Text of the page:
Dog food is a multi-billion dollar industry, with a huge variety of products. It can be so hard to choose the food just right for your dog. What ingredients should it contain? What should be avoided? Should it be wet, dry or raw? What type of diet is right for your dog? The truth is, over 70% of the people shopping for dog food do not know what is in the food their feed their dogs.
While you may think the food you are feeding your dog is healthy, in actual fact, it may be doing more harm than good. Dogs have very particular dietary needs that change with age, lifestyle and medical conditions. Thus, it is very important to research the ingredients and quality of pet food before you feed it to your canine friend. Here are some important things you need to know about what your dog is eating:
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Kibble does not clean teeth:
This is one of the biggest myths surrounding dog food. Kibble is nothing more than a ground meal that is shaped into the form of pellets. The claim that kibble cleans teeth, is like saying that eating tortilla chips cleans teeth. They don’t.
When your dog eats kibble, it tends to shatter and so the contact between the kibble and the teeth is limited to the tips of the teeth. This does little to stop the buildup of plaque and tartar, as they usually accumulate near the bottom of your dog’s teeth, close to the gum line.
The myth of kibble cleaning teeth is one that is actively perpetuated by pet food companies and has no scientific evidence to support it. Regular brushing and proper dental care are the only ways to protect your dog’s teeth and ensure a healthy lifestyle.
According to Wikipedia.
Beware of Processed Food
Behind the façade of happy dogs, you see in every pet, food ad is a very grim reality. Legally, pet food may contain any meat that is unsuitable for human consumption. It is legal to use undesirable products in processed dog food as long as they do not cause immediate harm to the animal. This authorizes manufacturers to make pet food from unwanted byproducts such as hoofs, tails, testicles, and so on. Would you really want these products in your pet’s food?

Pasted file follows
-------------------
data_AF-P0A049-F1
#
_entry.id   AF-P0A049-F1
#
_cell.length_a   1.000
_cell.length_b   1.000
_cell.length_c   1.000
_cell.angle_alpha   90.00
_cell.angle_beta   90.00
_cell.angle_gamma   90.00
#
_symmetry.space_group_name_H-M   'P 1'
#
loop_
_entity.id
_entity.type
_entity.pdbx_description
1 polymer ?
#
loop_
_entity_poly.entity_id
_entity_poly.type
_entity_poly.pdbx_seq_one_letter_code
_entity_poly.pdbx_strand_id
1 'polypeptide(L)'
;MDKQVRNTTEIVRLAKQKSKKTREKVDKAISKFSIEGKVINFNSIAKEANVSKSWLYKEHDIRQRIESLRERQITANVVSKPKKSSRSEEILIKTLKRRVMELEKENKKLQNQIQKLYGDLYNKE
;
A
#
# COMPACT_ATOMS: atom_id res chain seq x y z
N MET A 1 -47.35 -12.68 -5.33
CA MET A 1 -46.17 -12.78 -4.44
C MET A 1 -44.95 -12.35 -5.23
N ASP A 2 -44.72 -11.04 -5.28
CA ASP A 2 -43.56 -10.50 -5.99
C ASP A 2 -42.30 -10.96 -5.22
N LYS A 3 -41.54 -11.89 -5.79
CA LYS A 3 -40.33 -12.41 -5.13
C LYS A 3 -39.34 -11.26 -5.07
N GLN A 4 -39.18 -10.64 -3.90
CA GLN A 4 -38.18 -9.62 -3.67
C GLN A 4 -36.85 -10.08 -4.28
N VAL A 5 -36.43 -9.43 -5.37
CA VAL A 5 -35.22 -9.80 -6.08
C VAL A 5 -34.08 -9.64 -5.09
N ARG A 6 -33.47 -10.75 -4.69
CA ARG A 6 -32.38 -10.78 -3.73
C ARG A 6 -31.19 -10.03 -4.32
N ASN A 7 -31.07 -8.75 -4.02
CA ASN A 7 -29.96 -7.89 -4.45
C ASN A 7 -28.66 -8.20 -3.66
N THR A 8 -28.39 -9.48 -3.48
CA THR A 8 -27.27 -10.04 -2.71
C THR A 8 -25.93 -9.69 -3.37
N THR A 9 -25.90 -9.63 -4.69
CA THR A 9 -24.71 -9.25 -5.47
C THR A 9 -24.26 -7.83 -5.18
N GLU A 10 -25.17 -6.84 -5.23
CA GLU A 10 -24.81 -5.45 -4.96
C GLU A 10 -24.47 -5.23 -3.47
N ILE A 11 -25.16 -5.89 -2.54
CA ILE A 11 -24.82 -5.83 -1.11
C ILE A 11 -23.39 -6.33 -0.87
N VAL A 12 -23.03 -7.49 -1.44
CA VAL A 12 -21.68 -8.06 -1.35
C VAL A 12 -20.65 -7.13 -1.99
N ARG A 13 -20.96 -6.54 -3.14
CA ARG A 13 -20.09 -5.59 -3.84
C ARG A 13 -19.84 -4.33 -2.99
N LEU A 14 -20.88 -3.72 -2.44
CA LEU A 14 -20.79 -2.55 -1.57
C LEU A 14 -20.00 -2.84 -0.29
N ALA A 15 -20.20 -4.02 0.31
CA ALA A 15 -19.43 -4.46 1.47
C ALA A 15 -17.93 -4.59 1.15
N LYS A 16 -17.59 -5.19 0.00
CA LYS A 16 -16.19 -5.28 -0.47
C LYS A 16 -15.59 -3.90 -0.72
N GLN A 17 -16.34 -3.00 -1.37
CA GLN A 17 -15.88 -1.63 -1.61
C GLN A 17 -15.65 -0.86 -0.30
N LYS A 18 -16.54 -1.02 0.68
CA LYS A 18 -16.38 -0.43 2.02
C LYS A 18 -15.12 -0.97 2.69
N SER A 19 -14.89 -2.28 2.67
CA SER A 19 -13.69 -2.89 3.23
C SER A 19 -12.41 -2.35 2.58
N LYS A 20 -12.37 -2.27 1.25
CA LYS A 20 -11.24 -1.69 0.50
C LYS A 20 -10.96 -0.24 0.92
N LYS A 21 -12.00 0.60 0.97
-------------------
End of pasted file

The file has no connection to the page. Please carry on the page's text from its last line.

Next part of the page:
Worse still, the process of the cooking this food can remove essential enzymes from the food and make it hard for your pet to thoroughly digest. In the long term, such food can have hazardous consequences on the health of your pet.
“Complete and Balanced” label can be misleading:
Pet owners need to recognize that the label “Complete and Balanced” on pet food does not mean that it is in practice, the best for your dog. You need to recognize that there are some limitations attached to the label “Complete and Balanced” as certified by the Association of American Feed Control Officials (AAFCO).
Pet food certified as “Complete and Balanced” meets the minimum theoretical nutrient intake necessary for your average dog. They do not address other important issues involving pet food, such as quality of ingredients, digestibility or bioavailability of nutrients. The testing of the pet food for this certification is only on a small number of dogs and last only about six months. Thus, long-term issues like nutrient and enzyme deficiencies are not fully explored by the testing process.
So, take the “Complete and Balanced” label with a grain of salt, and make sure to thoroughly research the ingredients and history of the dog food product before buying it.